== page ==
The real and personal (Baltimore City)

By: De’asia Ellis

There have been 77 youth homicides in the last three months, 28 in the past 30 days, and two in the last week in Baltimore City. When will this stop? When will we have a sense of community restored? When will a parent not be apprehensive about their child walking to school or playing outside on the front porch with their friends? When and how will Baltimore City be safe again? Let’s make it personal. Let’s make it real. Within the past two weeks, I have walked the streets of Baltimore to ask residents four questions.

  1. Do you have kids? If so how many, and what are their genders?
  2. Are you afraid for their safety, if so why?
  3. Do you see a clear future for them?
  4. Do you have hope that Baltimore City will get better?

All I know is that I am a first year student at Goucher College, and writing this piece is a small thing. I know that it may never make a difference. But, I think people need to know the truth, even if it is just five, ten, or fifteen people. To be educated is to be informed, that is what I am hoping to do. I do not think anyone notices the fight that Baltimore City residents are fighting on a daily basis and how it destroys the city more in the process.

Parent 1 (Age 33): This is a parent of three boys in Baltimore City. She talked to me about being afraid because she has all boys and every time she looks around young boys are being shot down or stabbed up. She fears for the safety of her boys because as she said, “There is hope for my boys. There is hope that one day they will grow up and be successful. There is hope that one day they will grow up. I have to believe that.” She proceeded to also say, “But, I fear that there is no hope for this city.”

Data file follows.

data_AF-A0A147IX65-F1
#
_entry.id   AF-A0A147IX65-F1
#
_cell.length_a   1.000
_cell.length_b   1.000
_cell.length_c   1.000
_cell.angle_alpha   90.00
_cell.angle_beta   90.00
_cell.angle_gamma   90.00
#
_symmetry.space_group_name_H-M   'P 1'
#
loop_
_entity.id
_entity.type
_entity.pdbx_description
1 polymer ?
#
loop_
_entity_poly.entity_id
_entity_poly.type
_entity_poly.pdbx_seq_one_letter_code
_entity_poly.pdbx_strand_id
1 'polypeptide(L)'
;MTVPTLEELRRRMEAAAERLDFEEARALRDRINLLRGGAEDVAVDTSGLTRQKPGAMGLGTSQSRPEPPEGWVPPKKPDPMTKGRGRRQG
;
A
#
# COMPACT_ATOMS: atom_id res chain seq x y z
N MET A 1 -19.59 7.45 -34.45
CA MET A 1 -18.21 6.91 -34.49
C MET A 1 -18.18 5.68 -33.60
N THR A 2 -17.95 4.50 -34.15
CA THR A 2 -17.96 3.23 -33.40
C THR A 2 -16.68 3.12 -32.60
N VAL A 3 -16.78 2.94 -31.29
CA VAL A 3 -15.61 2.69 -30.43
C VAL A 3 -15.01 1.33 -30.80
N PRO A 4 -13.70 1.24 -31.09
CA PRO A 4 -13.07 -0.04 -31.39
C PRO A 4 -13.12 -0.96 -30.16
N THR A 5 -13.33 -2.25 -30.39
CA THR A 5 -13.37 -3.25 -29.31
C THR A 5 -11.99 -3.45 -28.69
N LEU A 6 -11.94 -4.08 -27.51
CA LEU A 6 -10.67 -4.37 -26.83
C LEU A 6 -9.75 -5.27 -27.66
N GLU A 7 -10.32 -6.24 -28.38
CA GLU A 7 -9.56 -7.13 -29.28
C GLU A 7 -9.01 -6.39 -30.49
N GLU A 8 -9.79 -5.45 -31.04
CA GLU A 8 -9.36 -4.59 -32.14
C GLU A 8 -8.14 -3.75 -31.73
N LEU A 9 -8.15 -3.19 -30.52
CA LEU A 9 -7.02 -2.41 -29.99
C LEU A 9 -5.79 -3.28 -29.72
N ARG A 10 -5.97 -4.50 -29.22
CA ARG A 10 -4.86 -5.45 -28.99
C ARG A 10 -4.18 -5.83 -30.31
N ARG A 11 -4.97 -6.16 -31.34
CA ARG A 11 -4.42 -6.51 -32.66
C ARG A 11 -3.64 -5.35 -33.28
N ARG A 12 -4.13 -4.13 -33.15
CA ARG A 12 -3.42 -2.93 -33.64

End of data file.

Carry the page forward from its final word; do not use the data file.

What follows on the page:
Parent 2 (age 67, grandmother): This grandmother invited me into her home to show me photos of her son who was shot 16 times in 2010 at the age 25 over drug money. She also told me how the mother of her grandkids also slings drugs and does not really have time for her kids because to her that is her way of providing. She has since took on the role of parent to her two grandkids (one girl and one boy.) She said, “Growing up my friends and I would run up and down the street. We would chase down the ice cream man and now, I would not even allow my grandkids to eat off one of those trucks. I trust no one. My son was gunned down by two guys he grew up with. I use to feed them when they were young, I allowed them into my home and I allowed them to lay their heads on my pillows when they had nowhere else to lay them and they kill my son!”  She talked about how all she do now is watch after her grand babies, to make sure they are safe and that they will have the opportunities that the city seems like they do not want to give.

When will we stop allowing our youth to be subjected to this cruel abuse? When will we give them an opportunity to get what they deserve? A chance to grow and learn.

(Photo Credit: Matt Rourke/AP Photo)

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